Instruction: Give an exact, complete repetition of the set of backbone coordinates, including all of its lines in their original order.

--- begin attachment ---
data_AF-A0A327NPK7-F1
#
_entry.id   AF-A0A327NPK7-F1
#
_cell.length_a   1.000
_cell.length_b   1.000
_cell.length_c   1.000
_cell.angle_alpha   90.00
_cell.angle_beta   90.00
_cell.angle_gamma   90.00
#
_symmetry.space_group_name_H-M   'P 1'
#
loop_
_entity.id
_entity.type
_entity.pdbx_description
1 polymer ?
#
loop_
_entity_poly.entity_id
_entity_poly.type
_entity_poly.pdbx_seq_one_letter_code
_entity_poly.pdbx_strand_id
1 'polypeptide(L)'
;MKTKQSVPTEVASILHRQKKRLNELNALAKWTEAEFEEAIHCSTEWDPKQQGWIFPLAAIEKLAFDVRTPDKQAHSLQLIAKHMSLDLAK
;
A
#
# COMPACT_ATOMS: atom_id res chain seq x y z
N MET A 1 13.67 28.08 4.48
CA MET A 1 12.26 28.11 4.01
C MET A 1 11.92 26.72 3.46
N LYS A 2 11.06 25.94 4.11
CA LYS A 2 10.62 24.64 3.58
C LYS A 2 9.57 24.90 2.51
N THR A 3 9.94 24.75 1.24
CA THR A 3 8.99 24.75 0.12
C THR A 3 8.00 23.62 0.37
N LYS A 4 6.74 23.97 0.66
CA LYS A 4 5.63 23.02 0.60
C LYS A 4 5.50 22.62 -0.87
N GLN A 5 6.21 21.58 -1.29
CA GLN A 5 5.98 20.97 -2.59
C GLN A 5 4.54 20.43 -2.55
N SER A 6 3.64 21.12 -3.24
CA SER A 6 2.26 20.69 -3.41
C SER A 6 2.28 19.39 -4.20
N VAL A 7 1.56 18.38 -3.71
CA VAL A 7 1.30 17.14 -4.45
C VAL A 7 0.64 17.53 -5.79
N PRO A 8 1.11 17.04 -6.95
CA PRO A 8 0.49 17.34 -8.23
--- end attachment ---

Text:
data_AF-A0A327NPK7-F1
#
_entry.id   AF-A0A327NPK7-F1
#
_cell.length_a   1.000
_cell.length_b   1.000
_cell.length_c   1.000
_cell.angle_alpha   90.00
_cell.angle_beta   90.00
_cell.angle_gamma   90.00
#
_symmetry.space_group_name_H-M   'P 1'
#
loop_
_entity.id
_entity.type
_entity.pdbx_description
1 polymer ?
#
loop_
_entity_poly.entity_id
_entity_poly.type
_entity_poly.pdbx_seq_one_letter_code
_entity_poly.pdbx_strand_id
1 'polypeptide(L)'
;MKTKQSVPTEVASILHRQKKRLNELNALAKWTEAEFEEAIHCSTEWDPKQQGWIFPLAAIEKLAFDVRTPDKQAHSLQLIAKHMSLDLAK
;
A
#
# COMPACT_ATOMS: atom_id res chain seq x y z
N MET A 1 13.67 28.08 4.48
CA MET A 1 12.26 28.11 4.01
C MET A 1 11.92 26.72 3.46
N LYS A 2 11.06 25.94 4.11
CA LYS A 2 10.62 24.64 3.58
C LYS A 2 9.57 24.90 2.51
N THR A 3 9.94 24.75 1.24
CA THR A 3 8.99 24.75 0.12
C THR A 3 8.00 23.62 0.37
N LYS A 4 6.74 23.97 0.66
CA LYS A 4 5.63 23.02 0.60
C LYS A 4 5.50 22.62 -0.87
N GLN A 5 6.21 21.58 -1.29
CA GLN A 5 5.98 20.97 -2.59
C GLN A 5 4.54 20.43 -2.55
N SER A 6 3.64 21.12 -3.24
CA SER A 6 2.26 20.69 -3.41
C SER A 6 2.28 19.39 -4.20
N VAL A 7 1.56 18.38 -3.71
CA VAL A 7 1.30 17.14 -4.45
C VAL A 7 0.64 17.53 -5.79
N PRO A 8 1.11 17.04 -6.95
CA PRO A 8 0.49 17.34 -8.23